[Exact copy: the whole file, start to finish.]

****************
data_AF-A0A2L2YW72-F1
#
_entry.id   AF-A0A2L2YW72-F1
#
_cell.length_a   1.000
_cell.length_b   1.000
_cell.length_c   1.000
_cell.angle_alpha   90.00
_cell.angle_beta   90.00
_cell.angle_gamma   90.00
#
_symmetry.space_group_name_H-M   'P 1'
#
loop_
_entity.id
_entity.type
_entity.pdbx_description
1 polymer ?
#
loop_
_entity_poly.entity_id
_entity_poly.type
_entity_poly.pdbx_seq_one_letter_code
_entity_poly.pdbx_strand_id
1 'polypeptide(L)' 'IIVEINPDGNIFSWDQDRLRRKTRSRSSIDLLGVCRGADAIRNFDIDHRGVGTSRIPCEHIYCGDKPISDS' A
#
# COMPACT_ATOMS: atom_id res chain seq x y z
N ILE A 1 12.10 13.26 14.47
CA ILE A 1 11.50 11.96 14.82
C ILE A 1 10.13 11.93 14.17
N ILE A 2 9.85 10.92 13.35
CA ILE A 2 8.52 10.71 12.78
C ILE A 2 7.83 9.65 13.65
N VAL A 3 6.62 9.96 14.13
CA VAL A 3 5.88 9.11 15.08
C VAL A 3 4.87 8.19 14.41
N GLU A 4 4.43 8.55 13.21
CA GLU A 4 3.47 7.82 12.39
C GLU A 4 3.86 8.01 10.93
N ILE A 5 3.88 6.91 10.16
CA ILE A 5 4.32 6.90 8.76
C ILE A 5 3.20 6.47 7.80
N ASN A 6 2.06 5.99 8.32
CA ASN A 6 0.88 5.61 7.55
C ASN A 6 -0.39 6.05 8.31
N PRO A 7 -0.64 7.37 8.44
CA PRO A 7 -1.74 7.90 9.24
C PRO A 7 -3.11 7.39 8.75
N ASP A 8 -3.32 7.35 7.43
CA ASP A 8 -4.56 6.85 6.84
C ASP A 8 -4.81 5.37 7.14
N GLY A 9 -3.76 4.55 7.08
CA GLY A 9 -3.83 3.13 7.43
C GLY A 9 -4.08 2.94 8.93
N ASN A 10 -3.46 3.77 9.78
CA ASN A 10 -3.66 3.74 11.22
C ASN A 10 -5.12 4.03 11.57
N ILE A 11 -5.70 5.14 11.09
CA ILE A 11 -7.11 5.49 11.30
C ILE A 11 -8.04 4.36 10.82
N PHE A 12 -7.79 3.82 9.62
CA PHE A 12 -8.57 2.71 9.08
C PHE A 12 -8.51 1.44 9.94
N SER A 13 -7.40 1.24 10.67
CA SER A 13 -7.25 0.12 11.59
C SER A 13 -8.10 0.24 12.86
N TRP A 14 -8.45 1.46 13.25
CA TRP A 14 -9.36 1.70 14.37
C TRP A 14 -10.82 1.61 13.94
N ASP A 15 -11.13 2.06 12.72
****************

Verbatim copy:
data_AF-A0A2L2YW72-F1
#
_entry.id   AF-A0A2L2YW72-F1
#
_cell.length_a   1.000
_cell.length_b   1.000
_cell.length_c   1.000
_cell.angle_alpha   90.00
_cell.angle_beta   90.00
_cell.angle_gamma   90.00
#
_symmetry.space_group_name_H-M   'P 1'
#
loop_
_entity.id
_entity.type
_entity.pdbx_description
1 polymer ?
#
loop_
_entity_poly.entity_id
_entity_poly.type
_entity_poly.pdbx_seq_one_letter_code
_entity_poly.pdbx_strand_id
1 'polypeptide(L)' 'IIVEINPDGNIFSWDQDRLRRKTRSRSSIDLLGVCRGADAIRNFDIDHRGVGTSRIPCEHIYCGDKPISDS' A
#
# COMPACT_ATOMS: atom_id res chain seq x y z
N ILE A 1 12.10 13.26 14.47
CA ILE A 1 11.50 11.96 14.82
C ILE A 1 10.13 11.93 14.17
N ILE A 2 9.85 10.92 13.35
CA ILE A 2 8.52 10.71 12.78
C ILE A 2 7.83 9.65 13.65
N VAL A 3 6.62 9.96 14.13
CA VAL A 3 5.88 9.11 15.08
C VAL A 3 4.87 8.19 14.41
N GLU A 4 4.43 8.55 13.21
CA GLU A 4 3.47 7.82 12.39
C GLU A 4 3.86 8.01 10.93
N ILE A 5 3.88 6.91 10.16
CA ILE A 5 4.32 6.90 8.76
C ILE A 5 3.20 6.47 7.80
N ASN A 6 2.06 5.99 8.32
CA ASN A 6 0.88 5.61 7.55
C ASN A 6 -0.39 6.05 8.31
N PRO A 7 -0.64 7.37 8.44
CA PRO A 7 -1.74 7.90 9.24
C PRO A 7 -3.11 7.39 8.75
N ASP A 8 -3.32 7.35 7.43
CA ASP A 8 -4.56 6.85 6.84
C ASP A 8 -4.81 5.37 7.14
N GLY A 9 -3.76 4.55 7.08
CA GLY A 9 -3.83 3.13 7.43
C GLY A 9 -4.08 2.94 8.93
N ASN A 10 -3.46 3.77 9.78
CA ASN A 10 -3.66 3.74 11.22
C ASN A 10 -5.12 4.03 11.57
N ILE A 11 -5.70 5.14 11.09
CA ILE A 11 -7.11 5.49 11.30
C ILE A 11 -8.04 4.36 10.82
N PHE A 12 -7.79 3.82 9.62
CA PHE A 12 -8.57 2.71 9.08
C PHE A 12 -8.51 1.44 9.94
N SER A 13 -7.40 1.24 10.67
CA SER A 13 -7.25 0.12 11.59
C SER A 13 -8.10 0.24 12.86
N TRP A 14 -8.45 1.46 13.25
CA TRP A 14 -9.36 1.70 14.37
C TRP A 14 -10.82 1.61 13.94
N ASP A 15 -11.13 2.06 12.72